Study in art

In art, a study is a drawing, sketch or painting done in preparation for a finished piece, or as visual notes. Studies are often used to understand the problems involved in rendering subjects and to plan the elements to be used in finished works, such as light, color, form, perspective and composition. Studies can have more impact than more-elaborately planned work, due to the fresh insights the artist gains while exploring the subject. The excitement of discovery can give a study vitality. Even when layers of the work show changes the artist made as more was understood, the viewer shares more of the artist’s sense of discovery. Written notes alongside visual images add to the import of the piece as they allow the viewer to share the artist’s process of getting to know the subject.

Studies inspired some of the first 20th century conceptual art, where the creative process itself becomes the subject of the piece. Since the process is what is all-important in studies and conceptual art, the viewer may be left with no material object of art.

Study is the name given to the preparatory sketch of a pictorial work (in which case it is also called “sketch”), or the visual note taken by the painter (in which case it is also called “note”). a drawing as a more complex work done with any type of technique (oil study).

Painters carry out studies to understand the problems raised by a work and plan the elements that will end up composing it, in aspects such as light, color, shape, perspective and composition.

In some cases, the study reaches greater impact than the finished work, because of the freshness of the artist’s work while exploring the subject. The excitement of the discovery can give vitality to a study, which can help the changes and regrets of the artist. Sometimes the painter juxtaposes or superimposes variations of the same or different subjects, or adds written notes, conserving or changing the verticality, or takes advantage of areas that had been left empty in a previous study (including the reverse); all of which allows to better understand the process of his pictorial work.

The conceptual art of the 20th century, in which the creative process itself is the theme of the work, eliminates the difference between study and finished work, which does not have to be any material object.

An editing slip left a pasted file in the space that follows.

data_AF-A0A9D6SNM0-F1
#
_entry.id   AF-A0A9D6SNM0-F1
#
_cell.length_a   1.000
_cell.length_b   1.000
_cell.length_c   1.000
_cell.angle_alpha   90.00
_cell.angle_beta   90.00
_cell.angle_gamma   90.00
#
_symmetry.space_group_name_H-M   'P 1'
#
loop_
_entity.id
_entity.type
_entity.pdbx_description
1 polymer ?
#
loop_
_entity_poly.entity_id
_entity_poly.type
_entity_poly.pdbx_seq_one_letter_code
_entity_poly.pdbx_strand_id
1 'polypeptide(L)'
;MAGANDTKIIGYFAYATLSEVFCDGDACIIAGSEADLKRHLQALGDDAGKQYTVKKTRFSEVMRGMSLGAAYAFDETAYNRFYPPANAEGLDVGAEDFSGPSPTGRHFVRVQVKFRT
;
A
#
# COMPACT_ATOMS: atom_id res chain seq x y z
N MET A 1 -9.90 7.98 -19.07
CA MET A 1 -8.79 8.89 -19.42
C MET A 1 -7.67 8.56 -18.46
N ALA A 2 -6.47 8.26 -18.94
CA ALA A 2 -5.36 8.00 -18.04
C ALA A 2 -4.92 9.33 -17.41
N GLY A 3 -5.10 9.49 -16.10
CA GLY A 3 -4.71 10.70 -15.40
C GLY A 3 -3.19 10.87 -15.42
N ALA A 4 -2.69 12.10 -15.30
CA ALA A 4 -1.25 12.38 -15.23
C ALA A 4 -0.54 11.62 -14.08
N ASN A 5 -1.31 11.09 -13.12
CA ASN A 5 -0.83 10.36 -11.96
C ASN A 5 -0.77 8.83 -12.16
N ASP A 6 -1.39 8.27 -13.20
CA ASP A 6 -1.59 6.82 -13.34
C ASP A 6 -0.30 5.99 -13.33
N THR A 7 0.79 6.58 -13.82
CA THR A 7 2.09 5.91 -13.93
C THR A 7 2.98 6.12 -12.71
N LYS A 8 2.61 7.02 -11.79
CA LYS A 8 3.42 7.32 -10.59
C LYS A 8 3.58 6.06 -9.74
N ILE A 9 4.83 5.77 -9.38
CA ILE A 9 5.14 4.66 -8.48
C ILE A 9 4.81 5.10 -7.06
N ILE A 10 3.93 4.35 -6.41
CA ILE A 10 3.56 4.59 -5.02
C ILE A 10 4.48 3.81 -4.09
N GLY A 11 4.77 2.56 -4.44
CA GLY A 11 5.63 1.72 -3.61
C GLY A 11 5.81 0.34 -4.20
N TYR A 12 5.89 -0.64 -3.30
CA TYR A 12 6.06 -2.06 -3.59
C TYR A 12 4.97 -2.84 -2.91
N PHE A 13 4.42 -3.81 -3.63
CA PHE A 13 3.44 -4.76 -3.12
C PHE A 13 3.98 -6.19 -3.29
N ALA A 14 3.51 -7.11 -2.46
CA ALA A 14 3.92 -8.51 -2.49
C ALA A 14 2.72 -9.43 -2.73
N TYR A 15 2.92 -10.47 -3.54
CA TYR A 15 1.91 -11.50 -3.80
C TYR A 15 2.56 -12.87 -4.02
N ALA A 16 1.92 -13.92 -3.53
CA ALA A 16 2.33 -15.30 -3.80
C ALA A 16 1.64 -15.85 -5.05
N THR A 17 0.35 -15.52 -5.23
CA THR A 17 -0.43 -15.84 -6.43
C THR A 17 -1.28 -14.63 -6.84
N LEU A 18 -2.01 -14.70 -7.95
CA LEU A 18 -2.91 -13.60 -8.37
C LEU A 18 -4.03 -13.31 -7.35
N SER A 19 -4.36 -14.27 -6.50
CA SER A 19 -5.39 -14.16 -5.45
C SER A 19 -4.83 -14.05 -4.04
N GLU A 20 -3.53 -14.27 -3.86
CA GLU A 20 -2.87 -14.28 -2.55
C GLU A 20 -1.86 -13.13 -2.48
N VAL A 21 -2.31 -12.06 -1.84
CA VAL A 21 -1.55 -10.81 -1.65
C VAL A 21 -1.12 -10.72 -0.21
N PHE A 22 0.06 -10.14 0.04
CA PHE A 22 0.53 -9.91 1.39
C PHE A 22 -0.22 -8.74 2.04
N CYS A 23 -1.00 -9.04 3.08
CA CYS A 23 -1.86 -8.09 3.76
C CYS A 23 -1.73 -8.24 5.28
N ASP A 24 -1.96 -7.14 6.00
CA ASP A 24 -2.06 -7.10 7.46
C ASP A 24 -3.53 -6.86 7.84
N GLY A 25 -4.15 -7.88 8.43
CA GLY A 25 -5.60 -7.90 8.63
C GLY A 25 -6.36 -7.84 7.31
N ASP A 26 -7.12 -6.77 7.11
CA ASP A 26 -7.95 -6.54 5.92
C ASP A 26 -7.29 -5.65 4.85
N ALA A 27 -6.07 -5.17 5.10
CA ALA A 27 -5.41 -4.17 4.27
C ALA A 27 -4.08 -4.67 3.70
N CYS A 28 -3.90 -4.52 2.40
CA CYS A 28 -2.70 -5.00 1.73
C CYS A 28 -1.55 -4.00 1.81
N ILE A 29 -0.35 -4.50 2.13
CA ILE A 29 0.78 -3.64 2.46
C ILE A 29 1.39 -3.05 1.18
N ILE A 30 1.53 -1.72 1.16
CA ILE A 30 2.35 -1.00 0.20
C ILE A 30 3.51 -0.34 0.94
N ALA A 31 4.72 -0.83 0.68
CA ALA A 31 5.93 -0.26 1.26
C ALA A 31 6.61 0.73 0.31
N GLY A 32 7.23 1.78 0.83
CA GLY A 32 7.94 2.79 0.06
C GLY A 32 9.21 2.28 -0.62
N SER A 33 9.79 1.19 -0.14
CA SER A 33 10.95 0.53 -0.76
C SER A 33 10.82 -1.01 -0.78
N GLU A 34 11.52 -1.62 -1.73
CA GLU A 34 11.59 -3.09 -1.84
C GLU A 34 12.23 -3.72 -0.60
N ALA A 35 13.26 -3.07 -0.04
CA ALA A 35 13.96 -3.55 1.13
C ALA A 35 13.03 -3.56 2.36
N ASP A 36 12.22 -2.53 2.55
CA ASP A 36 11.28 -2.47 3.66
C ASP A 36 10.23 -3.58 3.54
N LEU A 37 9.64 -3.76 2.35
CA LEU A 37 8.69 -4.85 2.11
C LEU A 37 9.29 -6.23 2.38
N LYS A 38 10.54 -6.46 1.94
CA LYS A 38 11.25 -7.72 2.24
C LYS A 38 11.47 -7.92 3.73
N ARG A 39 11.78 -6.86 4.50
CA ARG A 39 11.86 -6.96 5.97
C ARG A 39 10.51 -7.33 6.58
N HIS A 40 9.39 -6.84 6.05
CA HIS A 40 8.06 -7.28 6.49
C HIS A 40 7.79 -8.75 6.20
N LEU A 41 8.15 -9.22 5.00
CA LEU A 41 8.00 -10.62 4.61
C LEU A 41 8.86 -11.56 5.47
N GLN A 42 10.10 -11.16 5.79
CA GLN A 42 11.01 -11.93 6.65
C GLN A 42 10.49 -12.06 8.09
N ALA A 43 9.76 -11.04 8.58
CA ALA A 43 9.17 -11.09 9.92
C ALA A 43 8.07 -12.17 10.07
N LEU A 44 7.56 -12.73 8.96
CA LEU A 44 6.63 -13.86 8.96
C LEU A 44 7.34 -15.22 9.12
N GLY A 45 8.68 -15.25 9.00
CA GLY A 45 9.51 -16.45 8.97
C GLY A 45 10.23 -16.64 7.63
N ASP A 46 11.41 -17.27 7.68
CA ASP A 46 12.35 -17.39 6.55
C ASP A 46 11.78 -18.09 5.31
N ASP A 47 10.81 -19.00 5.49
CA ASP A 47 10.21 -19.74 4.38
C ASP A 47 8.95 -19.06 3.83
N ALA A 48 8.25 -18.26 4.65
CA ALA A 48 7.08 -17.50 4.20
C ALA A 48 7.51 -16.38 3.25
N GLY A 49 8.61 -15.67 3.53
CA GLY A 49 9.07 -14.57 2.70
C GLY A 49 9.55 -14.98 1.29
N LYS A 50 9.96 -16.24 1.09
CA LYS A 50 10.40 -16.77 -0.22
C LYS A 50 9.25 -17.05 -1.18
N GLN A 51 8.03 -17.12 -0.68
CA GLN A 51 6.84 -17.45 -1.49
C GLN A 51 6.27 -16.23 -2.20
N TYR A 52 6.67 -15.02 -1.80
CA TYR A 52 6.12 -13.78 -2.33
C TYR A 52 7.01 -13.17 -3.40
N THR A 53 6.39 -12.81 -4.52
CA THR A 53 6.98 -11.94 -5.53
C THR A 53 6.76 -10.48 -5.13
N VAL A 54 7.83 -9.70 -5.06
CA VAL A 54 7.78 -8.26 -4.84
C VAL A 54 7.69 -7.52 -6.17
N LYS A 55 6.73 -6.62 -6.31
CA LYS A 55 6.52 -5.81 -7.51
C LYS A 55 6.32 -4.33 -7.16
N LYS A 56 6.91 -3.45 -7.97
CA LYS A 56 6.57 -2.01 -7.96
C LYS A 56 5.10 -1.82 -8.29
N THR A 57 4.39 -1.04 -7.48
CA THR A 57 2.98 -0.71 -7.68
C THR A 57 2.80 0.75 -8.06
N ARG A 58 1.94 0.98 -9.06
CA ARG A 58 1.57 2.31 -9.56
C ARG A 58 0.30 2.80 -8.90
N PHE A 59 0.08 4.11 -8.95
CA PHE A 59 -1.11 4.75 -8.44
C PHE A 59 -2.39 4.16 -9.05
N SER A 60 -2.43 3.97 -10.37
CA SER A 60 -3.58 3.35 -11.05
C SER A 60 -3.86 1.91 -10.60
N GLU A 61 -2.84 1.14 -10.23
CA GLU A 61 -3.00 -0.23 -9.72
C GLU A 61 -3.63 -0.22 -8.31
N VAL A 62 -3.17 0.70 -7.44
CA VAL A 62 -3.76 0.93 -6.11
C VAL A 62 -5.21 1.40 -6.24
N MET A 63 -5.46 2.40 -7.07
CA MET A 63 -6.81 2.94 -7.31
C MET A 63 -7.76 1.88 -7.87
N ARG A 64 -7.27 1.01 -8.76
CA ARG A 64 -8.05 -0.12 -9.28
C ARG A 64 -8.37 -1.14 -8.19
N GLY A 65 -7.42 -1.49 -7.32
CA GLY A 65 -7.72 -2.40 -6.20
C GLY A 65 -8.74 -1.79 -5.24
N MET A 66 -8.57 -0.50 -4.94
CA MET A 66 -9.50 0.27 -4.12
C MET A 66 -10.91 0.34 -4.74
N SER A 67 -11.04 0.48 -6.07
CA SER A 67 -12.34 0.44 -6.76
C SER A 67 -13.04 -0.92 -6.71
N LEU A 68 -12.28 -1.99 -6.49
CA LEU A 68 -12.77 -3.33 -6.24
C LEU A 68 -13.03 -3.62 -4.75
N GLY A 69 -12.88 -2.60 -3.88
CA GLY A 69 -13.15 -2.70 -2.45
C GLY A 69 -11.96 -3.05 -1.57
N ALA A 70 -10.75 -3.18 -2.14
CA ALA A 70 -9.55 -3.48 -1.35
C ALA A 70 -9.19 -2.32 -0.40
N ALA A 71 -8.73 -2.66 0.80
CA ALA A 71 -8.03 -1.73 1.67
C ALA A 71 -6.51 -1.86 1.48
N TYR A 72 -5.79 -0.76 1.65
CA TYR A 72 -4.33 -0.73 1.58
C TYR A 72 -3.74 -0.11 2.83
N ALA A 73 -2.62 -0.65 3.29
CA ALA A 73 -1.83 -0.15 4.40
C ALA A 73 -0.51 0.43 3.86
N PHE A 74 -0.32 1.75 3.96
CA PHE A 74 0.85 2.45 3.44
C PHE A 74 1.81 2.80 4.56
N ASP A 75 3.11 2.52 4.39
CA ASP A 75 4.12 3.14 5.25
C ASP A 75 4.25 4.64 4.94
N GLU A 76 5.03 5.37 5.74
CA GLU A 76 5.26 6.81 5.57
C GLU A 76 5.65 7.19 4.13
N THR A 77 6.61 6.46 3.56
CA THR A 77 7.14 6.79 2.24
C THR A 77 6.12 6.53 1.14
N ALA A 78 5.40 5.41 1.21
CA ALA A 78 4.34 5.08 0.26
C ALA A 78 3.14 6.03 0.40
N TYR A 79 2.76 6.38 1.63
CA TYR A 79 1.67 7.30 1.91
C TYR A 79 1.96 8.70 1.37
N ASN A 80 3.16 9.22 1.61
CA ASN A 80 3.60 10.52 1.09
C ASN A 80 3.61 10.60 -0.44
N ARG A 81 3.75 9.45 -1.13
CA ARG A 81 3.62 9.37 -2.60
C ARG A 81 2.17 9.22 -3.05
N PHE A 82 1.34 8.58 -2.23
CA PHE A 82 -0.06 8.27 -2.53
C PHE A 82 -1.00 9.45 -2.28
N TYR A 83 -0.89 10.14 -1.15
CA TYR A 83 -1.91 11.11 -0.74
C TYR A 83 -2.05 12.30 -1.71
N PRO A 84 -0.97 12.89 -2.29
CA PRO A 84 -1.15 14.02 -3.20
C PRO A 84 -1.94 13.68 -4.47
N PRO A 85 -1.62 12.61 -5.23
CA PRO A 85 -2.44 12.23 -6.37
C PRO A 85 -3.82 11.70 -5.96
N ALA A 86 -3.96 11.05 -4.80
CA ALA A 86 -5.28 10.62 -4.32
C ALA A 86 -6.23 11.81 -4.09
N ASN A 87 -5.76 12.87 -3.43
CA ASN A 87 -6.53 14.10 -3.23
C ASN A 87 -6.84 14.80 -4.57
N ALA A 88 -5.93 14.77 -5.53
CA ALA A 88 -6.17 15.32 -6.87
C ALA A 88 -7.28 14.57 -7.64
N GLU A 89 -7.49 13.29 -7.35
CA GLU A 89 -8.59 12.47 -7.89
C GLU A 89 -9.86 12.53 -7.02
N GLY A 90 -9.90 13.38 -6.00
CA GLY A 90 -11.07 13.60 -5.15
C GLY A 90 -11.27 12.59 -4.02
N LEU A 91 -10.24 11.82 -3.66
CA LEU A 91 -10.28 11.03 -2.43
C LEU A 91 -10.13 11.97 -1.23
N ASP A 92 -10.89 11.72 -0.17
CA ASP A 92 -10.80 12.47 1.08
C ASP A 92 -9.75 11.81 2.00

They have preserved pictorial studies of the great masters of the Italian Renaissance Plenary; as for example some of Miguel Ángel. In one of them, for the Libyan Sibyl from the ceiling of the Sistine Chapel, it can be seen that the definitive composition was initially based on a male model; in another, for the Deposition, that a female figure was initially conceived as a nude adolescent.From Leonardo there are numerous studies, mostly bound, together with all kinds of notes and observations (Atlantic Codex, Codices Madrid I-II, Codex Hammer, Codex on the flight of birds, Codex Trivulzianus, Codex Arundel); among others, there are some that show how he studied variations in the position of the hands of La Gioconda or the movement of the horses of the Battle of Anghiari.From Raphael has been preserved a large set of preparatory studies and cartons, which allow Rebuild your techniques and creative process.

Studies can be traced back even as long ago as the Italian Renaissance, from which art historians have maintained some of Michelangelo’s studies. One in particular, his study for the Libyan Sibyl on the ceiling of the Sistine Chapel, is based on a male model, though the finished painting is of a woman. Such details help to reveal the thought processes and techniques of many artists.

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